Left Ventricular Assist Device Management in the Emergency Department

Paul Trinquero, MD; Andrew Pirotte, MD; Lauren P. Gallagher, MD, MA; Kimberly M. Iwaki, MD; Christopher Beach, MD; Jane E. Wilcox, MD

Disclosures

Western J Emerg Med. 2018;19(5):834-841. 

In This Article

Relevant Studies and Workup

Initial workup in a VAD patient centers on the chief complaint similarly to non-VAD patients with significant cardiac disease. Electrocardiogram (ECG) findings in VAD patients may be nonspecific, but in addition to stigmata of end-stage heart failure they tend to include low limb lead voltage, ubiquitous electrical artifact, and QRS splintering.[8] Although the VAD performs the primary left ventricular pumping function, the native heart still contributes to cardiac output. The right ventricle must provide adequate preload to the left ventricle and subsequently fill the LVAD. Accordingly, although some VAD patients may have a higher tolerance for ventricular arrhythmias, if the patient becomes unstable or symptomatic, termination of the ventricular arrhythmia is paramount. In most cases, this will require electrical cardioversion, although intravenous (IV) doses of antiarrhythmic medications such as amiodarone can be given simultaneously and may reduce recurrence.[9,10] One important etiology of ventricular arrhythmia in a VAD patient is a suction event, which occurs when the inflow cannula contacts and stimulates the ventricular septum.[11,12] This occurs as the result of decreased left ventricular (LV) filling (potentially from hypovolemia), myocardial recovery, or excessive pump speed. Treatment of suction events includes a fluid challenge and/or adjusting the device speed in conjunction with the VAD team.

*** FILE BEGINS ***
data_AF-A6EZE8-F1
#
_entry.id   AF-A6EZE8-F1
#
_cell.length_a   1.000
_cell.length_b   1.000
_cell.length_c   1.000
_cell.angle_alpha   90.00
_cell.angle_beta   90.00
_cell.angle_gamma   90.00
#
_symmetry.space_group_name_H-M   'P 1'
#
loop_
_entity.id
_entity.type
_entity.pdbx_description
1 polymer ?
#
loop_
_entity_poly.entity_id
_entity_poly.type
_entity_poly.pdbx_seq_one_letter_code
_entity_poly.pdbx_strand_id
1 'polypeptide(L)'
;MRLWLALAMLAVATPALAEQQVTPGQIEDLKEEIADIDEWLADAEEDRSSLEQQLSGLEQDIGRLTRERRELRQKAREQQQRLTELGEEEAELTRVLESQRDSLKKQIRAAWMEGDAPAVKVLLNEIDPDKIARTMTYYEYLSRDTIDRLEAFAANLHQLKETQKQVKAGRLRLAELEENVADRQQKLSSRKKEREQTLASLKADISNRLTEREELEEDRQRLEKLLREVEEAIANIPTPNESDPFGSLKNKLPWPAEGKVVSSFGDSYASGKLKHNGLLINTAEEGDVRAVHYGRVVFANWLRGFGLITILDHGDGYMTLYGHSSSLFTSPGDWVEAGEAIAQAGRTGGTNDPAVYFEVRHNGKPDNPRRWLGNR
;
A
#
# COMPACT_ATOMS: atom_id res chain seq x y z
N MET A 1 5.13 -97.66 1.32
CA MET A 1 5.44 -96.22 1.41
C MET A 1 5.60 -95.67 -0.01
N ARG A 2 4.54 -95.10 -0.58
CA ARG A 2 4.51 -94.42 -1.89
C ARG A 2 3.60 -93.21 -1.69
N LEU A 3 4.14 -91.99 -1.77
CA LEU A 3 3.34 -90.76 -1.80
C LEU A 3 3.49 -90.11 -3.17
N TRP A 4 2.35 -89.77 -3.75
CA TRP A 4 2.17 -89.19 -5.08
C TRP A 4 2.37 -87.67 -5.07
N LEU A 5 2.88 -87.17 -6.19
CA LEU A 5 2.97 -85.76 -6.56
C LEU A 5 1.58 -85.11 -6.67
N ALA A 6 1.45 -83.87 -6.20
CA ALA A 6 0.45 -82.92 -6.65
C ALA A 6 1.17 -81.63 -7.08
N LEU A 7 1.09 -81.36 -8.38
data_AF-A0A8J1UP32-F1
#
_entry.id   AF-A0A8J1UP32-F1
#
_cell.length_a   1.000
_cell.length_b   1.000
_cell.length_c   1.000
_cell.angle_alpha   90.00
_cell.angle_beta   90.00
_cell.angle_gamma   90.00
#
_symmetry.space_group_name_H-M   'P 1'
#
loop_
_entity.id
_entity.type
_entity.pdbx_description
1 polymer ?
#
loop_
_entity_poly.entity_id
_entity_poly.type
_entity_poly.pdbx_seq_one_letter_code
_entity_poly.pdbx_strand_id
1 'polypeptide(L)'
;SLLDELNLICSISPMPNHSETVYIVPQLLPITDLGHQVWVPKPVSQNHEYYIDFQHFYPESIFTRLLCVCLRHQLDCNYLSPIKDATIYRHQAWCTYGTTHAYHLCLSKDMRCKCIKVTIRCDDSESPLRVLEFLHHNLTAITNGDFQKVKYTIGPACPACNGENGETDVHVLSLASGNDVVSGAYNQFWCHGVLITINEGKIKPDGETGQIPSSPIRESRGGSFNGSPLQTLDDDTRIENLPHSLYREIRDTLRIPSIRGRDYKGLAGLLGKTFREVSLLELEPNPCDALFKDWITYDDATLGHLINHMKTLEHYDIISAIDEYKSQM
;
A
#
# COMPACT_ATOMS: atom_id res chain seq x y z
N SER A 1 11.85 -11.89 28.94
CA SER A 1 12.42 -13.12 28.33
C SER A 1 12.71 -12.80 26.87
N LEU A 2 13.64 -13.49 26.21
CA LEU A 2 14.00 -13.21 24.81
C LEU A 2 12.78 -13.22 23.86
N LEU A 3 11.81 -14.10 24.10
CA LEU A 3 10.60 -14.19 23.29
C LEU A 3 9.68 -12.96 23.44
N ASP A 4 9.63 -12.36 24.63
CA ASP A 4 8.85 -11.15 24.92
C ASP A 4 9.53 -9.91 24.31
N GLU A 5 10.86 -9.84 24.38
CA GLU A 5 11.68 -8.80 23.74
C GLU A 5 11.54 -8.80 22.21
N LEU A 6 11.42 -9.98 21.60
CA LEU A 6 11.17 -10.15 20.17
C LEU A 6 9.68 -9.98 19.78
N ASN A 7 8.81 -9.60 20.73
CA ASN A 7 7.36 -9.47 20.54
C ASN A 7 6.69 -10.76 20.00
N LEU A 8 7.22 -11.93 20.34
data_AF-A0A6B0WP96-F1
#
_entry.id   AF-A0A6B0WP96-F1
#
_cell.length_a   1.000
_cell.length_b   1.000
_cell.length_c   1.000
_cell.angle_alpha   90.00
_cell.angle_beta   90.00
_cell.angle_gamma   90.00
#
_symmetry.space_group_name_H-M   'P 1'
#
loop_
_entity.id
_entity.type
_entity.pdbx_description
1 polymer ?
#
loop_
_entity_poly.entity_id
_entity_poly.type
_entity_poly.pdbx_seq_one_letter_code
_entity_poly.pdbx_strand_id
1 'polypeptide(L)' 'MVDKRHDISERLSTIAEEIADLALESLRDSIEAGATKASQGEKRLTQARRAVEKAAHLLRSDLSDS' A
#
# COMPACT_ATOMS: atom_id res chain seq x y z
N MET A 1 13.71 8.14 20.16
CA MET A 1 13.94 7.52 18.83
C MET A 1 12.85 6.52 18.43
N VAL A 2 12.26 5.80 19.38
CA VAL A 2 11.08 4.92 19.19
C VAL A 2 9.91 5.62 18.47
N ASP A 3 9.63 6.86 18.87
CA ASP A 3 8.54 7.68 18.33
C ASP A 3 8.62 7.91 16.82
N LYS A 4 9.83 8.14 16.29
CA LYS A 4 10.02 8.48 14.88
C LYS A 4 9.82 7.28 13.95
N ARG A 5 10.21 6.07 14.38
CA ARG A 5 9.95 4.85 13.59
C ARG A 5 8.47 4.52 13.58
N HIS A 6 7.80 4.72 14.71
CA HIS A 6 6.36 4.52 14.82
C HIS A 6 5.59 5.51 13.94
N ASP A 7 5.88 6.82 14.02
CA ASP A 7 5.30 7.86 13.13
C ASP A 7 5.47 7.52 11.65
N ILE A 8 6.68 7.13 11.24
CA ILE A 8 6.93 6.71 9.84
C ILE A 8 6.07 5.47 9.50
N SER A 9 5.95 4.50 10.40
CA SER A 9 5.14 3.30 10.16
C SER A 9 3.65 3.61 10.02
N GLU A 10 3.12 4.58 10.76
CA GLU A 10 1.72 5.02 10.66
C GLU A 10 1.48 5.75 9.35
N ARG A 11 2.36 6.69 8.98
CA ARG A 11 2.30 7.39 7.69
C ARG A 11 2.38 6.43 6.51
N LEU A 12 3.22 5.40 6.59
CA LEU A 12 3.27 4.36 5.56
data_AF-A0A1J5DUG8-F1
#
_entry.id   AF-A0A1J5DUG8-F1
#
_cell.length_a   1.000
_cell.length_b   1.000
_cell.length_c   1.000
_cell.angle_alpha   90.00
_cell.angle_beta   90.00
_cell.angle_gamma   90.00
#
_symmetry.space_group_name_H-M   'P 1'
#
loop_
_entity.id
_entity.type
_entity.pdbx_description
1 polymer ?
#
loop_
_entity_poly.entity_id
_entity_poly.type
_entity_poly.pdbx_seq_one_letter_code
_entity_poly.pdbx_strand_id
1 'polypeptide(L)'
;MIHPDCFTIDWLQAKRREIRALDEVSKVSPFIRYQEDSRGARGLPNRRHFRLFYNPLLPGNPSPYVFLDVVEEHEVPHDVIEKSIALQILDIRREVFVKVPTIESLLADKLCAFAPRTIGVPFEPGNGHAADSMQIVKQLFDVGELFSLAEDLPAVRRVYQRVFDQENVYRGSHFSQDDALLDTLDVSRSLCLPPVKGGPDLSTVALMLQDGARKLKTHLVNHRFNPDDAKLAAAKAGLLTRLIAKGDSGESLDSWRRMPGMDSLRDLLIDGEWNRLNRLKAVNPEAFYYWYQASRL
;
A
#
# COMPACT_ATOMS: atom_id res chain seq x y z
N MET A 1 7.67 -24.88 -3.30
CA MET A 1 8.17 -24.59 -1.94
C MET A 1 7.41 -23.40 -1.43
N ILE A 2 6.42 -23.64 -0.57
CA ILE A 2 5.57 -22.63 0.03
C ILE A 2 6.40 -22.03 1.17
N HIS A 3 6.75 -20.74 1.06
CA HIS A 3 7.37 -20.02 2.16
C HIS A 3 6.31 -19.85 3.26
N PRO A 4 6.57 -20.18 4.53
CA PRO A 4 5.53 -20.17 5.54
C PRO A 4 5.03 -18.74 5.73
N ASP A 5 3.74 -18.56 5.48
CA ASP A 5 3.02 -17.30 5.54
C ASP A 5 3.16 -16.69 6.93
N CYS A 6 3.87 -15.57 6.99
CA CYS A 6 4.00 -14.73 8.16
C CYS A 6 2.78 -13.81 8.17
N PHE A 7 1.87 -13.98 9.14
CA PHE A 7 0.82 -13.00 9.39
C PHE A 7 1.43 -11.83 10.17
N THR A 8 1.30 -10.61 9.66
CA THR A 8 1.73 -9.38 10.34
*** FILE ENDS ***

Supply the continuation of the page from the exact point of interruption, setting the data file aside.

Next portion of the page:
The chest radiograph (CXR) is an important diagnostic tool for VAD patients. Direct visualization of VAD positioning as well as presence/absence of ICD aids the emergency physician in baseline evaluation. CXR can also help to identify the particular device if it is not otherwise apparent (Table).

Laboratory workup is vital in the evaluation of VAD patients. All patients with VADs are anti-coagulated with vitamin K antagonists (e.g., warfarin) with an international normalized ratio (INR) goal of 2.0–3.0 unless contraindicated.[7] Troponin (troponin T, hsTnI), creatine kinase-MB, and myoglobin may be useful in evaluating VAD patients with chest pain or ECG changes. Elevated brain natriuretic peptide (BNP) (or NT-proBNP) may help identify right heart failure, or pump thrombosis/malfunction. As BNP is primarily an atrial responsive agent, it remains a useful marker for identifying volume overload in VAD patients and can guide therapy (e.g. diuresis). Finally, lactic acid dehydrogenase (LDH) is useful in screening for evidence of hemolysis. LDH levels 2.5 times upper limit of normal are suggestive of pump thrombosis in the appropriate clinical setting.[7]

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